Tips from Divorce Therapists, Coaches, and Educators

Get advice from divorce coaches, therapists, counselors and educators with years of experience in the field about how to make the mourning process easier during a divorce. They offer advice on how to handle being single, let go of your partner and not bla

By Divorce Magazine
Updated: August 29, 2014
Advice from Judges

Divorce professionals in mental-health and education fields across North America offer their tips on how to ease the divorce process...

"There is no such thing as being 'suddenly' single. In the initial stages of divorce, the physical everyday presence of your partner is no longer a taken-for-granted fact of life. But he or she is still very much present -- along with the married life you had -- in your mind and feelings.

"You learn to become single through the mourning process. Mourning is living through the sum of emotions you have in response to the loss of your partner. Mourning the loss of your partner is the natural and normal way to let go of someone who is no longer present in the familiar way.

"The mourning process is your key to healing yourself. Fighting it by pretending everything is fine (when it isn't), trying to hasten it, or denying its existence, will only keep you stuck. As human beings, our resilience allows us to grieve and recover."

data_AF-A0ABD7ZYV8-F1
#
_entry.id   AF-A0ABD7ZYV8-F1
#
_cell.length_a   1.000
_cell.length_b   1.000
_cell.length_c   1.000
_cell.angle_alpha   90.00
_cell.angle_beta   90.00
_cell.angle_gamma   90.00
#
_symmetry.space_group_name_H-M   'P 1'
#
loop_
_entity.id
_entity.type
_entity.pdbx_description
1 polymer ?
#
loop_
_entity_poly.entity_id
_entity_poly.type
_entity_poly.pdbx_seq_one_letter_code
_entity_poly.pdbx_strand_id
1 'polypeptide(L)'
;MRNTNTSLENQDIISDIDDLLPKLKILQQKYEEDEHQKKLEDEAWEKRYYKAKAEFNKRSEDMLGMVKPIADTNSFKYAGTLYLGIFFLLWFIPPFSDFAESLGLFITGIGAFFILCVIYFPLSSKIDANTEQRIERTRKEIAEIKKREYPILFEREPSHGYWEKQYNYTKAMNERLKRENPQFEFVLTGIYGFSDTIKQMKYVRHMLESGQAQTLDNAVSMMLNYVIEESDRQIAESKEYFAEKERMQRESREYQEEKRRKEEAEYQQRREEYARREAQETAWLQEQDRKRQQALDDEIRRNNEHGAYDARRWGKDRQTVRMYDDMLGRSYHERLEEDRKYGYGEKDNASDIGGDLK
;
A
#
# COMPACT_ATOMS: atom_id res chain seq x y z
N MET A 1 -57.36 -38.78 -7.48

-- Dr. Deborah Hecker, National Divorce Counselor by Telephone

* * * * *

"If you are going through a divorce and you are a parent, attend a skill-based parent-education class. In fact, it is mandatory in some states. Few parents realize the benefit of parent education until they are actually in such a class. Profound insight and considerable research has taken place on how to make family relationships work well. Your family conflict can be resolved or avoided altogether with these advanced skills.

"Avoid the common tendency to feel like a victim and blame the other parent for your divorce, as it makes the divorce much more difficult on you and your children. Instead, develop better skills at these parent-education classes, such as effective communication techniques, win-win problem-solving methods, and promoting (not destroying) self-esteem. When you know better, you will do better!"

-- Jayne A. Major, Ph.D., Parent Educator, Los Angeles, California

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By Divorce Magazine| May 22, 2008
Categories:  Legal Issues

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